The driver smiled a lot, shining his glittery silver and diamond dust grill like he would happily chomp the women to a sparkly finish. The passenger nodded slowly, serenely in quiet appreciation. He looked to Angel like a guy who danced capoeira, quoted history and self-help books to friends while lounging on the green of an HBCU. As the previous dancers had exited the car, he’d placed bills in their hands, nodded finally in gratitude, a well-wish, but when the driver scooted the gigglers out of the backseat, they received the nod and no money.


“You got to play to get paid!” the driver boomed, standing to address the crowd. “Who’s next?”


Jade jumped up, grabbed Angel’s hand, and raised it with hers as she yelled, “We are!”


Angel yanked away from Jade.


“Yeah, you over there in the red shirt!” the driver called. “Come on up here!” He beckoned Jade forward as if signaling a large truck through traffic. Angel couldn’t identify his heavy accent that suggested someplace new, but not too far away. It was country, Southernish, but slower than Kentucky, looser with the Rs, turning his “over” into “ova,” breaking his “here” into “hee-yah.”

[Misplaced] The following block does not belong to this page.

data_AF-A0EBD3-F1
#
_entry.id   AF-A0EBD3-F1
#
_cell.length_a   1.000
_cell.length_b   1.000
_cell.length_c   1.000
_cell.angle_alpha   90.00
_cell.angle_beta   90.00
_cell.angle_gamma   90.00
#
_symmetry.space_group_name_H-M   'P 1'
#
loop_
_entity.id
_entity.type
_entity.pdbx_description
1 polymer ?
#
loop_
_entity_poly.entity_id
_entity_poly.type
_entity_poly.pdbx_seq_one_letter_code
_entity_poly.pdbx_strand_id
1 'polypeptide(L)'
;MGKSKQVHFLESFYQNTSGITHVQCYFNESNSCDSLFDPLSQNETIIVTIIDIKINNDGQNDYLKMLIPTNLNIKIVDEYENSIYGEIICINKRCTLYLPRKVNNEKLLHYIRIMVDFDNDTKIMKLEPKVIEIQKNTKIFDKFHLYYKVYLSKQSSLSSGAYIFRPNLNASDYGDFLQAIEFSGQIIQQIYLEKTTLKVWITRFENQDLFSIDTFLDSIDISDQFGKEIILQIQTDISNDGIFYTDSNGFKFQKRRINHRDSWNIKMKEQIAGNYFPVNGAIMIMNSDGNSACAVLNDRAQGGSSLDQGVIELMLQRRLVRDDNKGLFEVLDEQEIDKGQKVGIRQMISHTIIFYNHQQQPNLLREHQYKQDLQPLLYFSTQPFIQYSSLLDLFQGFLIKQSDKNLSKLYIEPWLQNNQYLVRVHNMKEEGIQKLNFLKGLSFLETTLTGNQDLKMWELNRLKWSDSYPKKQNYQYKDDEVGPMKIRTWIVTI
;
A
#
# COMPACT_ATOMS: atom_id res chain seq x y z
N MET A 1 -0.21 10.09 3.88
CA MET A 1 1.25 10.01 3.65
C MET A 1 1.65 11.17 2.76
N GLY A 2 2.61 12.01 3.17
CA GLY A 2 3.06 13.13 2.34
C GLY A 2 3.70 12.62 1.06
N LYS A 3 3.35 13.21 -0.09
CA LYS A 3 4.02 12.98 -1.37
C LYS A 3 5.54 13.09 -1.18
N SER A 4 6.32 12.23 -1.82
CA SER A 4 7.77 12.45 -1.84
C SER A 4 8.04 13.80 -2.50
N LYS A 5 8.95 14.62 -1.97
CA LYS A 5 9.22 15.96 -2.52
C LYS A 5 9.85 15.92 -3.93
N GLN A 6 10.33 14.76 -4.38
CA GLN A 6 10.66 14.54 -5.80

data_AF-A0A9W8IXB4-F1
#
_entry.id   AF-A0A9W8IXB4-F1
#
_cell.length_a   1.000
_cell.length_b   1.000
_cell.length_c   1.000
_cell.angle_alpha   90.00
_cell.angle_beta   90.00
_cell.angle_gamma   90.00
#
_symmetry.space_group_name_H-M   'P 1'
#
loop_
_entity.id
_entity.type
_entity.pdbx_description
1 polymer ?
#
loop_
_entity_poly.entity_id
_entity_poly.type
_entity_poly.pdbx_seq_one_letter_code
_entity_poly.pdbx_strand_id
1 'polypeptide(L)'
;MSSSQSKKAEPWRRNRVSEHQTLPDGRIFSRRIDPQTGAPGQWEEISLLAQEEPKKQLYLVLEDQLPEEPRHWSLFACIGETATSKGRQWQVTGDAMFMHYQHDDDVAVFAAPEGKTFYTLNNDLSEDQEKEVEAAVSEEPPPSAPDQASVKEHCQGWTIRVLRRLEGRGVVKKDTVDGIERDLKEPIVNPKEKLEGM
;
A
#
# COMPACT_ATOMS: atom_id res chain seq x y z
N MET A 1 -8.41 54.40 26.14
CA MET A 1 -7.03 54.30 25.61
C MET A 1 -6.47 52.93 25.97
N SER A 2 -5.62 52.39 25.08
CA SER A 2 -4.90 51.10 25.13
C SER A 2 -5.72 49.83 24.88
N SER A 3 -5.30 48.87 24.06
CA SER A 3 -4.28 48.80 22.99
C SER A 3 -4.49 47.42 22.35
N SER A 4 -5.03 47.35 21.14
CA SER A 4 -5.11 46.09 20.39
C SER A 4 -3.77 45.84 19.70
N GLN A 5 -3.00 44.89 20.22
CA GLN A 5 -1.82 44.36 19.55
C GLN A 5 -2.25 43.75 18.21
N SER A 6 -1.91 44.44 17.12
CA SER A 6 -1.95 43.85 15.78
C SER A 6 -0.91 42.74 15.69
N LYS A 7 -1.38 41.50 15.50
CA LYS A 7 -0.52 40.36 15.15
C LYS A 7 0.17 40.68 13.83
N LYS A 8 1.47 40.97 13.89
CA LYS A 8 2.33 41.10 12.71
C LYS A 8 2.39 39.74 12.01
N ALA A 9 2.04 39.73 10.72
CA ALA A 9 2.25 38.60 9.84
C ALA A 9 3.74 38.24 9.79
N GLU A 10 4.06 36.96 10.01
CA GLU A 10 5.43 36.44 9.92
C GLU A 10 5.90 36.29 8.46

“Stop acting silly and come on!” Jade hissed.


Angel sat with her just-grabbed arm tucked behind her back, hiding it from Jade. When she looked toward Driver, she found Passenger’s eyes locked on hers and remembered what today was about. Finding herself. Instinct. She was tired of living like a bird with clipped wings, grounded, even when Aunt Sandy wasn’t around to hold her down. She stood and followed Jade.


Passenger smiled as she approached. Closer, Angel could see that he had a grill too. Just the bottom canines, a silver flash behind his lips that lit him a hip-hop vampire type of sexy that was otherworldly and familiar.


At the car, Driver shook his head at Angel. “Unh unh. Too young.” He stepped back to give Passenger a better view. “It’s all in her face, see?” Angel cursed the baby still puffed around her cheekbones, regretted the loose spirals that framed and accented it. The jacket tied at her waist, caped over her skinny jeans, further suggested “minor.”


“Yeah,” Passenger spread the word into a long sigh. His eyes remained on Angel, whose breath had stopped, her heart fluttering in the stillness. “I see.”